Sing at life’s passages. At bedsides, sing lullabies, sing blessings.
Sing and tell your children, grandchildren, family, you love them.
Sing love of one another.
Sing for each life.
Sing for the whole human family.
Sing for creation.
Sing for the wonderful and even the difficult challenges in relationships,
the constant, continual opportunities to keep growing.
Sing in Sunday Services.
Where else do you join your voice with others in song?
Sing for risking and reaching out to make connection.
No telling what might happen if you walk across this room
to meet someone new to you, to introduce yourself.
Sing heedless of the wind and weather.
Sing prayers. Sing praise. Sing gratitude.
Sing humor and truth.
Sing we joyous all together.
Sing for joy, laughter and playfulness.
Sing Deck the Halls with Buddy Holly.
Sing We Three Kings of Porridge and Tar.
Sometimes even when we don’t get the lyrics, our spirits sing.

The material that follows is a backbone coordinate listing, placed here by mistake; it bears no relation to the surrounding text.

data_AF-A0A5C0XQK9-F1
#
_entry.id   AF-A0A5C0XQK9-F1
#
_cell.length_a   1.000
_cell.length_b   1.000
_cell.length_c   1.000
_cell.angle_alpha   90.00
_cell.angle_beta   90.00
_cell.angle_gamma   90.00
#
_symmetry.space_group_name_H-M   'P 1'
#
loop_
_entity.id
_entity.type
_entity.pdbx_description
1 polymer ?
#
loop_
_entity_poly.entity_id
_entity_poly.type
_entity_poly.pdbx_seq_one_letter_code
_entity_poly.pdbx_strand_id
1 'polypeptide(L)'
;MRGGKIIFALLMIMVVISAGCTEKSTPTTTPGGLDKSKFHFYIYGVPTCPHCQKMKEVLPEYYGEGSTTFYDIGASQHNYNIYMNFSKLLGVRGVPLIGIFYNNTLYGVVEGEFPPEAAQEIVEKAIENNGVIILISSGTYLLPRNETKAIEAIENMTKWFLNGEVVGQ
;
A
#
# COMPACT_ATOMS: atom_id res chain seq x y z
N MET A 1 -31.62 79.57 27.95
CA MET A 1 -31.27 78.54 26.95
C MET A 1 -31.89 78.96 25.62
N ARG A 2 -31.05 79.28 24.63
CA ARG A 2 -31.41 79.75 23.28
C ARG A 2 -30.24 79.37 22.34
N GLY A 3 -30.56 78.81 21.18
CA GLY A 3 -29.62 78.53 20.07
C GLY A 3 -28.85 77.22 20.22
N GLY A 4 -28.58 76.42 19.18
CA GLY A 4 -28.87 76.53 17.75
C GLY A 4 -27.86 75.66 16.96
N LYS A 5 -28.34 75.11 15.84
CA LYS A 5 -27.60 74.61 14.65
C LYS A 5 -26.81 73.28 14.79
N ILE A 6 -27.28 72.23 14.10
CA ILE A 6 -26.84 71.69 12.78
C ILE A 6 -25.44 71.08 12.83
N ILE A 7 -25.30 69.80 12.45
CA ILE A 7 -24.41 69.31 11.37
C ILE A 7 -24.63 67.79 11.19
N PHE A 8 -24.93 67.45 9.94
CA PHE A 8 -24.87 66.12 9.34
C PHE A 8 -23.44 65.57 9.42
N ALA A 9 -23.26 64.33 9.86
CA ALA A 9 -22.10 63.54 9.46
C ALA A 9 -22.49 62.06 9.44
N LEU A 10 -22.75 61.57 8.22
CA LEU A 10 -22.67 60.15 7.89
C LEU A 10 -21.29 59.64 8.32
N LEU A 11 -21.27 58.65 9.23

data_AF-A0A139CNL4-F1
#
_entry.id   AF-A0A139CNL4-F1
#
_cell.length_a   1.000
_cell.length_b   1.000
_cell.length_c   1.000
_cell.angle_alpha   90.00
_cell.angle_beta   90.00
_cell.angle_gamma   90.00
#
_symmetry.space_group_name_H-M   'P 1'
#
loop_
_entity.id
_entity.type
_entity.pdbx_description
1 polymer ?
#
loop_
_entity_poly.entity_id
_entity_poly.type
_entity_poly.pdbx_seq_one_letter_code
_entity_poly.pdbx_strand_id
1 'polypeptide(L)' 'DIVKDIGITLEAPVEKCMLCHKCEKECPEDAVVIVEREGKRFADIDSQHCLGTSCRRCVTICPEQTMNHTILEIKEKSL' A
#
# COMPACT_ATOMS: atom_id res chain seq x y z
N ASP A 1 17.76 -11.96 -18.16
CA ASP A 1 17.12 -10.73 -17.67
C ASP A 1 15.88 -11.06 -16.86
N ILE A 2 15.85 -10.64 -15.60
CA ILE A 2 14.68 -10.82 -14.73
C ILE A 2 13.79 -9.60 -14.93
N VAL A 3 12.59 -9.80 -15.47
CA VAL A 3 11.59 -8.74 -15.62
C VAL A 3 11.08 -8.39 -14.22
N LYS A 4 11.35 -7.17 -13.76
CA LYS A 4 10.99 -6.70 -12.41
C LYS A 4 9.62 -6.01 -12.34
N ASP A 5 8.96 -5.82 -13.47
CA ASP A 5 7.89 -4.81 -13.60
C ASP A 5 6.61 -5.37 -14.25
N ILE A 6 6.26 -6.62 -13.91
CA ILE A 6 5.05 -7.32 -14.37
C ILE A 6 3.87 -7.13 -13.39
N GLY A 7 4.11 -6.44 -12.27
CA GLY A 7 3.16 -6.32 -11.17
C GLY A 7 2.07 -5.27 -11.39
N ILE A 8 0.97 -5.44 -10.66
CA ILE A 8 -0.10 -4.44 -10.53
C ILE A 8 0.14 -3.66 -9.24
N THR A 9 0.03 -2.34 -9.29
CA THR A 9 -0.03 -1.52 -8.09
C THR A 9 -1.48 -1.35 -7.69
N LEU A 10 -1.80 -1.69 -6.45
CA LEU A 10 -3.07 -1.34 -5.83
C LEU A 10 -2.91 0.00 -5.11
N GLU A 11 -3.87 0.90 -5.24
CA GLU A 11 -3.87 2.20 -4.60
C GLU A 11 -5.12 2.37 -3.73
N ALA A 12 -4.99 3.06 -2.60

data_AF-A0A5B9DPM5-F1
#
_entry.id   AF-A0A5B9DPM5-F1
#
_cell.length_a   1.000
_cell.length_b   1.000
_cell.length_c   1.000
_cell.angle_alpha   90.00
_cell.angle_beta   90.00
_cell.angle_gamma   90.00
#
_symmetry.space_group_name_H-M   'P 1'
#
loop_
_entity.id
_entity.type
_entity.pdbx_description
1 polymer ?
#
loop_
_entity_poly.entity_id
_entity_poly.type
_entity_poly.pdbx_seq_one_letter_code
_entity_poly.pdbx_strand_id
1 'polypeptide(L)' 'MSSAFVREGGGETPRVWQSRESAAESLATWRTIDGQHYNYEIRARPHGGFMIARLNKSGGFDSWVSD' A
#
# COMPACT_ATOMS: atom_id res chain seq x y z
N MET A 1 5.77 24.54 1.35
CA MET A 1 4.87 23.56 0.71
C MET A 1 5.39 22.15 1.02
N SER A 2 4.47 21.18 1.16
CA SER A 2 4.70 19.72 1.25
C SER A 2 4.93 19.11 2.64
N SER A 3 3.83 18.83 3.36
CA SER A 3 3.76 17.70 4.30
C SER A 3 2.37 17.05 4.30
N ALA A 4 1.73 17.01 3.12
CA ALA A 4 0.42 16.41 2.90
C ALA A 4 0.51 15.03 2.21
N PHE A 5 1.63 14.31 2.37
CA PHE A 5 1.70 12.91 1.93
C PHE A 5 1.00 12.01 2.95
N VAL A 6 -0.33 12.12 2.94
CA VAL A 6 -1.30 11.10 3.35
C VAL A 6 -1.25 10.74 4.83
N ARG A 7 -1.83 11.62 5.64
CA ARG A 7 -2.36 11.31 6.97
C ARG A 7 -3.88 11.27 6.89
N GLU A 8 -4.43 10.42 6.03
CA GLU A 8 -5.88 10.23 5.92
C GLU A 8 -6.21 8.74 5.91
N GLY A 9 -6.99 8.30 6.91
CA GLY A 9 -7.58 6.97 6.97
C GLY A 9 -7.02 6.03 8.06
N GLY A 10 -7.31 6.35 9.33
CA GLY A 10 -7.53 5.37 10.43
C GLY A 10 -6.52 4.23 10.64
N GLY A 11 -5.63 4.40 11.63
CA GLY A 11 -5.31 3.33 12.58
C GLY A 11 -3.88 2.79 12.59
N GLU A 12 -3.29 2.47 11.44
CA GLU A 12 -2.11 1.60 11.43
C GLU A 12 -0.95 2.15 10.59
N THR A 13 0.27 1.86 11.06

Oh, What fun it is to ride with one horse, soap and hay.
And with the jelly toast proclaim
Olive, the other reindeer… You’ll go down in Listerine.
Sing to keep joy in the world.
Sing to lift your spirits.
Sing, Sing, Sing!
Sing for goodness’ sake.
Sing and bring our gifts in service to the world.
Sing for our power to partner with others in the larger community as a mighty force for justice and action.
Sing for making loving community and living that love in the world.
[music begins, a medley of beloved hymns]
Sing for the power of music to touch the soul.
Sing for wholeness and holiness.
Sing. Music comforts fears and loneliness and loss.
Sing, for with music, it gets better.